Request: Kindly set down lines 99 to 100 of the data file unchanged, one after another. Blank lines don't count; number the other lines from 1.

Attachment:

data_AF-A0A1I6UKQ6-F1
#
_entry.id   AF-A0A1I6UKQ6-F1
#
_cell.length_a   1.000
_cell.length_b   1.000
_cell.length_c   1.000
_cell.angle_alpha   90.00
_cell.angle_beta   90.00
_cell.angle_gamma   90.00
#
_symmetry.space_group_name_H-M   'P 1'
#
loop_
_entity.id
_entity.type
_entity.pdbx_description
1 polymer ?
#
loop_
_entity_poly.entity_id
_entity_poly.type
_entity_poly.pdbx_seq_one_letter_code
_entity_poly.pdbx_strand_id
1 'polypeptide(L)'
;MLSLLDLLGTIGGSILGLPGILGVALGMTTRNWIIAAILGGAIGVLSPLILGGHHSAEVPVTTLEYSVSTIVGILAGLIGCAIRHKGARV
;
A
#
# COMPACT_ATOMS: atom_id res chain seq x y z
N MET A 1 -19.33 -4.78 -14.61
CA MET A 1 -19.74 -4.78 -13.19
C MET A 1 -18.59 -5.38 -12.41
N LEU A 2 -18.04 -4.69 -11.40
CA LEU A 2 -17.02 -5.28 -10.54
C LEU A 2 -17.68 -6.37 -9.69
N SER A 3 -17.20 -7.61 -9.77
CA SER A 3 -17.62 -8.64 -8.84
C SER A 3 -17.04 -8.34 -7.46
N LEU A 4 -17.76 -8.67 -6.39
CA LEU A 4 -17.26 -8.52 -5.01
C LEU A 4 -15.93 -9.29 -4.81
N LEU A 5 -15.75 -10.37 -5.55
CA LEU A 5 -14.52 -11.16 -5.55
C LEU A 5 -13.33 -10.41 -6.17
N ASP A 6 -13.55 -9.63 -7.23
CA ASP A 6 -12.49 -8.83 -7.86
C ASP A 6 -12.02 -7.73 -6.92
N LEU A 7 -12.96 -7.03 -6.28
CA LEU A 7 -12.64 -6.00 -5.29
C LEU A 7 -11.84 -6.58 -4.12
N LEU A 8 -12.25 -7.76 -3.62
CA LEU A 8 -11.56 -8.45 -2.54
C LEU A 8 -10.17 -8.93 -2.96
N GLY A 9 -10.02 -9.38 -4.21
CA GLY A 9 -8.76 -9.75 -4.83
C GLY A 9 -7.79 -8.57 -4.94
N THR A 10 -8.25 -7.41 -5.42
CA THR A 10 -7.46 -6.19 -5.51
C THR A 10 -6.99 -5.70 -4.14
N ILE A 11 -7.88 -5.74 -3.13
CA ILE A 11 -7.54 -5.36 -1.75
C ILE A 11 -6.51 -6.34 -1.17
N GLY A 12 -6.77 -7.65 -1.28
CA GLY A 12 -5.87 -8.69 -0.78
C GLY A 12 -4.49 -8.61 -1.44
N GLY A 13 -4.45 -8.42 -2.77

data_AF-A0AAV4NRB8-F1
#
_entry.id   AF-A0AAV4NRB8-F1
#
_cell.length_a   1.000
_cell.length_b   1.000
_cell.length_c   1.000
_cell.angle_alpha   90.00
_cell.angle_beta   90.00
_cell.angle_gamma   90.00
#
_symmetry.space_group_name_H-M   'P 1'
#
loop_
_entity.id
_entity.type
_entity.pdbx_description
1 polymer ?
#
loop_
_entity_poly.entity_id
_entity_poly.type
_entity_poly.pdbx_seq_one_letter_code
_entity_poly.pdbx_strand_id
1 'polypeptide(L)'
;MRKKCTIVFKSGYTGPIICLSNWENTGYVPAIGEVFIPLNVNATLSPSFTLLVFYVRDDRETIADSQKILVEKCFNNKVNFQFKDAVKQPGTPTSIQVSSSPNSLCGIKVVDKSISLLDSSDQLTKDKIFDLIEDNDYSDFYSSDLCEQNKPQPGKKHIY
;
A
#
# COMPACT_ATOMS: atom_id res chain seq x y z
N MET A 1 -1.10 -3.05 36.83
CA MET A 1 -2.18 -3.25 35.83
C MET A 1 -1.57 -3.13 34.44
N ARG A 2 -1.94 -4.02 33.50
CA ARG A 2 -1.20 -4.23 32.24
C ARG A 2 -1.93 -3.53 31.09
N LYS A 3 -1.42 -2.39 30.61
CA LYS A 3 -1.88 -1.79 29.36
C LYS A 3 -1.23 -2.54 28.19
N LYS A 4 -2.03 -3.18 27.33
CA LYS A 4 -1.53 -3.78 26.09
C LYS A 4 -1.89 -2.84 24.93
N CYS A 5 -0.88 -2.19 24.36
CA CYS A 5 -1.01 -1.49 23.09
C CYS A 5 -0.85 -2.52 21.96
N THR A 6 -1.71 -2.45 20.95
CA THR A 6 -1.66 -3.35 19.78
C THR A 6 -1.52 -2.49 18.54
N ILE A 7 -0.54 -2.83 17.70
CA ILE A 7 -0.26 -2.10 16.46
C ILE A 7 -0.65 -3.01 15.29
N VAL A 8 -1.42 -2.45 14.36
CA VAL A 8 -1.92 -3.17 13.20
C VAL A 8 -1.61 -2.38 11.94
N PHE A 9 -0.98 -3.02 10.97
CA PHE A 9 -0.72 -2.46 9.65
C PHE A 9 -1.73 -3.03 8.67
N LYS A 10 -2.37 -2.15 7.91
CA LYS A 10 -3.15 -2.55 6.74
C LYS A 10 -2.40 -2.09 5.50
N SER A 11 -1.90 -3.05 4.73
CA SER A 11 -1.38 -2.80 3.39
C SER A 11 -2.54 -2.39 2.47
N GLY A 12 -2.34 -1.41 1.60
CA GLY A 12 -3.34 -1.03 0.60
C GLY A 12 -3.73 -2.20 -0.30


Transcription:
CA MET A 1 -2.18 -3.25 35.83
C MET A 1 -1.57 -3.13 34.44